being adjusted with her customary care, it was decidedly
awry, as though she might have been in some disturbing and
unhappy contest. The collar was slightly torn and pulled
open, a sleeve ripped at the shoulder and wrist, the hang
of the skirt over the hips awry, and the skirt itself torn,
a ragged slit over the knee. Her face had been powdered to
a dead white, or she herself was overcome with fear and
distress, and the hair above it was disarranged, as though
it had been shaken or pulled to one side. Her whole
appearance was that of one who had been assailed in some
evil manner and who had come out of the contest disarranged
as to her clothes and shaken as to her nerves.
Brief as his glance was, Gregory was amazed at the
transformation. He was so taken aback that he could not say
anything, but just what it all meant came to him in an
intuitive flash. To fly was his one thought, to get out of
the vicinity of this, not to be seen or taken near it. With
one bound he was away and up the easy stair three at a
time, not pausing to so much as look back at her, meeting
her first wide half-frightened stare with one of
astonishment, anger and fear. Nor did he pause until he had
reached his own door, through which he fairly jumped,
locking himself in as he did so. Once inside, he stood
there white and shaking, waiting for any sound which might
follow, any pursuit, but hearing none, going to his mirror
and mocking at himself for being such a fool as to be so
easily outwitted, taken in, after all his caution and
sophisticated talk. Lord! he sighed. Lord!
And after all her protests and promises, this very evening,
too, he thought. What a revelation of the unreliability and
treachery of human nature! So she had been lying to him all
the time, leading him on in the face of his almost boastful
precautions and suspicions, and to-night, almost at the
close of the season, had all but succeeded in trapping him!
Then Tilney was not so easily to be fooled, after all. He
commanded greater loyalty and cunning in his employees than
he had ever dreamed. But what could he say to her, now that
he knew what she really was, if ever he saw her again? She
would just laugh at him, think him a fool, even though he
had managed to escape. Would he ever want to see her again?
Never, he thought. But to think that any one so young, so
smooth, so seemingly affectionate, could be so ruthless, so
devilishly clever and cruel! She was much more astute than
either he or Blount had given her credit for.
After moving the bureau and chairs in front of the door, he
called up Blount and sat waiting for him to come.
Actually, as he saw it now, she had meant to stage a
seeming assault in which he would have been accused as the
criminal and if they had sufficient witnesses he might have
had a hard time proving otherwise. After all, he had been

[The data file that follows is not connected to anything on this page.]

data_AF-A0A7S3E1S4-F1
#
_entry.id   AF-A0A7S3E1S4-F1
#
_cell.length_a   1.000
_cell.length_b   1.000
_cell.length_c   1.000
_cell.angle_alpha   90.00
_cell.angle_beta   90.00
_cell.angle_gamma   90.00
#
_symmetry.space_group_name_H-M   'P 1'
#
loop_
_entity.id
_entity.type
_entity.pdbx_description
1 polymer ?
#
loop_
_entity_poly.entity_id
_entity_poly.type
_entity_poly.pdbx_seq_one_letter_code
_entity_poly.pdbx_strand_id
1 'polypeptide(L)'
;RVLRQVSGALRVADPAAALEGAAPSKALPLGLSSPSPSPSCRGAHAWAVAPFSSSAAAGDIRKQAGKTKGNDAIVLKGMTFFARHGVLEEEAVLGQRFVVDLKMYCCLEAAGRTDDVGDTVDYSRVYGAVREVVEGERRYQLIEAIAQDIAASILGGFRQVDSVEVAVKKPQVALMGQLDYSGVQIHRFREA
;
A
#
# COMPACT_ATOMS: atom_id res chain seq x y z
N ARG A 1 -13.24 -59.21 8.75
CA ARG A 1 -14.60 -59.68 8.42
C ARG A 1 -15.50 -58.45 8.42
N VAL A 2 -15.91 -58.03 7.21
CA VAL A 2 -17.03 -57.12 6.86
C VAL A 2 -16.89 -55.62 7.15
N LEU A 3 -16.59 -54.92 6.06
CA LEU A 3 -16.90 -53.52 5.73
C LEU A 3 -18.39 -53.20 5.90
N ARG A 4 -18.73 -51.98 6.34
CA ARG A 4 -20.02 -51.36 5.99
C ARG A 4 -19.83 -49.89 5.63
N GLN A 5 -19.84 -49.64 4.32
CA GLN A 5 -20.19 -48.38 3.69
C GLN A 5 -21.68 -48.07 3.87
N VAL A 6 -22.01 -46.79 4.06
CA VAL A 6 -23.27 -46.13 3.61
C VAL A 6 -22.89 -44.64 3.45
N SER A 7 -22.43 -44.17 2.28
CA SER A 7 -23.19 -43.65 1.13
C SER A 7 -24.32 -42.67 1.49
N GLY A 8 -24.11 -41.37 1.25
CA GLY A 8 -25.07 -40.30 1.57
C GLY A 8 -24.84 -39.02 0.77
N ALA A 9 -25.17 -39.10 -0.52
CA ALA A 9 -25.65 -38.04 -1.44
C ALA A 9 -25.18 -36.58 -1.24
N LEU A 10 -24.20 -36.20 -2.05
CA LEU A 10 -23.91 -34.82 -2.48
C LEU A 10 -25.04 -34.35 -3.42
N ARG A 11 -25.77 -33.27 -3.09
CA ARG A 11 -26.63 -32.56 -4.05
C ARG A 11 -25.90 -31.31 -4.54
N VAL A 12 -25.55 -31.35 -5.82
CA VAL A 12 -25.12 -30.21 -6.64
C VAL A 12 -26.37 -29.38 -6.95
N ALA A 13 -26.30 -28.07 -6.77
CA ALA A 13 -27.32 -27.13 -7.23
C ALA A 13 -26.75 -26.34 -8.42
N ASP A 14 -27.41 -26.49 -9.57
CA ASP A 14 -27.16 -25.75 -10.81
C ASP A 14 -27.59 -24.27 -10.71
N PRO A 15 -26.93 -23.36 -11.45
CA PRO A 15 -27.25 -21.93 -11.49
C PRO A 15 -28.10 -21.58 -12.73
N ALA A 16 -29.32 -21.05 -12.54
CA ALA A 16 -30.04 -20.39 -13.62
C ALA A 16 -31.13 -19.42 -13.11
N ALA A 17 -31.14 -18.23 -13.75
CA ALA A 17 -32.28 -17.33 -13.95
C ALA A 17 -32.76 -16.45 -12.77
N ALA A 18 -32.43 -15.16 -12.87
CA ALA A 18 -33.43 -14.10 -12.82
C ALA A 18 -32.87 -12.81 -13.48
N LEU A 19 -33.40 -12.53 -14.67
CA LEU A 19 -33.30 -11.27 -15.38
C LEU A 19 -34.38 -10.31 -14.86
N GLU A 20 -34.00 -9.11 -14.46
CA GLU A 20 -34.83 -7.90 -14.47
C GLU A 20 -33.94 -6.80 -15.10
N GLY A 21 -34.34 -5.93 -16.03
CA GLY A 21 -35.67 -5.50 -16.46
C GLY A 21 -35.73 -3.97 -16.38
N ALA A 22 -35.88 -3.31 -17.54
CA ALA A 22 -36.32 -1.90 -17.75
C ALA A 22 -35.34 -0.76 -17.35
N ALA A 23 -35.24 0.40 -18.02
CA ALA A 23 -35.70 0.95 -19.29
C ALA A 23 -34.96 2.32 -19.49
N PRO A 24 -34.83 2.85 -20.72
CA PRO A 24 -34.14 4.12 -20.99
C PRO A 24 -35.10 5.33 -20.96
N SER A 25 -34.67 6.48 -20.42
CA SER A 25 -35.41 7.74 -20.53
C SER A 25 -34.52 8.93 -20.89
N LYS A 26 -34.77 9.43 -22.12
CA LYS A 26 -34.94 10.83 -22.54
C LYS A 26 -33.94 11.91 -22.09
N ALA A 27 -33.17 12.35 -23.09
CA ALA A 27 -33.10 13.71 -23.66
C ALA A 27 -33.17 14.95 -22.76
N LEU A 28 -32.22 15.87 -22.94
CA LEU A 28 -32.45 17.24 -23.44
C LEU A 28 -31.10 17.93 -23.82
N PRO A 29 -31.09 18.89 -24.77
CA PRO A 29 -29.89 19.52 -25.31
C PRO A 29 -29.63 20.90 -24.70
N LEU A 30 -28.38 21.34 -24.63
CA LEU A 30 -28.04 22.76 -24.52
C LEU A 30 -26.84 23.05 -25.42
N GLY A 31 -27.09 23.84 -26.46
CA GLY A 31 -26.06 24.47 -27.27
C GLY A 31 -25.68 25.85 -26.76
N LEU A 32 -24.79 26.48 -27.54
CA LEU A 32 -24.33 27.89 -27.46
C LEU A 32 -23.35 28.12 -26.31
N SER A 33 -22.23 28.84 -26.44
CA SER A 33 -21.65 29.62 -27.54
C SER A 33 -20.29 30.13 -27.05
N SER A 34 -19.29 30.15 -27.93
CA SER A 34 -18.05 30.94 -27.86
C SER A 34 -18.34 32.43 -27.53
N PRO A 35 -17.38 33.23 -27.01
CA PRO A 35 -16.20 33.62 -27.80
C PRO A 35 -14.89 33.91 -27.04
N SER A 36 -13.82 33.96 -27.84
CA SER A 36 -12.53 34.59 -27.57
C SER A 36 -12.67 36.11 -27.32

going about with her a great deal, he and Blount, and after
he had told himself that he would not
Her witnesses were there, close upon him, in the dark. Even
though he might be able to prove his previous good
character, still, considering the suspicious fact that he
had trifled with her and this treacherous situation so
long, would a jury or the public believe him? A moment or
two more, and she would have screamed out that he was
attacking her, and the whole hotel would have been aroused.
Her secret friends would have rushed forward and beaten
him. Who knows?--they might even have killed him! And their
excuse would have been that they were justified.
Unquestionably she and her friends would have produced a
cloud of witnesses. But she hadn't screamed--there was a
curious point as to that, even though she had had ample
time (and she had had) and it was expected of her and
intended that she should! Why hadn't she? What had
prevented her? A strange, disturbing exculpating thought
began to take root in his mind, but on the instant also he
did his best to crush it.
"No, no! I have had enough now," he said to himself. "She
did intend to compromise me and that is all there is to it.
And in what a fashion. Horrible. No, this is the end. I
will get out now to-morrow, that is one thing certain, go
to my wife in the mountains, or bring her home." Meanwhile,
he sat there trembling, revolver in hand, wiping the sweat
from his face, for he did not know but that even yet they
might follow him here and attempt the charge of assault
anyhow. Would they--could they? Just then some one knocked
on his door, and Gregory, after demanding to know who it
was, opened it to Blount. He quickly told him of his
"Well," said Blount, heavily and yet amusedly, "she
certainly is the limit. That was a clever ruse, say what
you will, a wonder. And the coolness of her! Why, she joked
with us about it! I thought you were taking a chance, but
not a great one. I was coming around to thinking she might
be all right, and now think of this! I agree with you that
it is time for you to leave. I don't think you'll ever get
her over to your side. She's too crafty."
The next morning Gregory was up early and on the veranda
smoking and meditating as to his exact course. He would go
now, of course, and probably never see this girl with her
fiend's heart again. What a revelation! To think that there
were such clever, ruthless, beautiful sirens about in the
same world with such women as his wife! Contrast them--his
wife, faithful, self-sacrificing, patient, her one object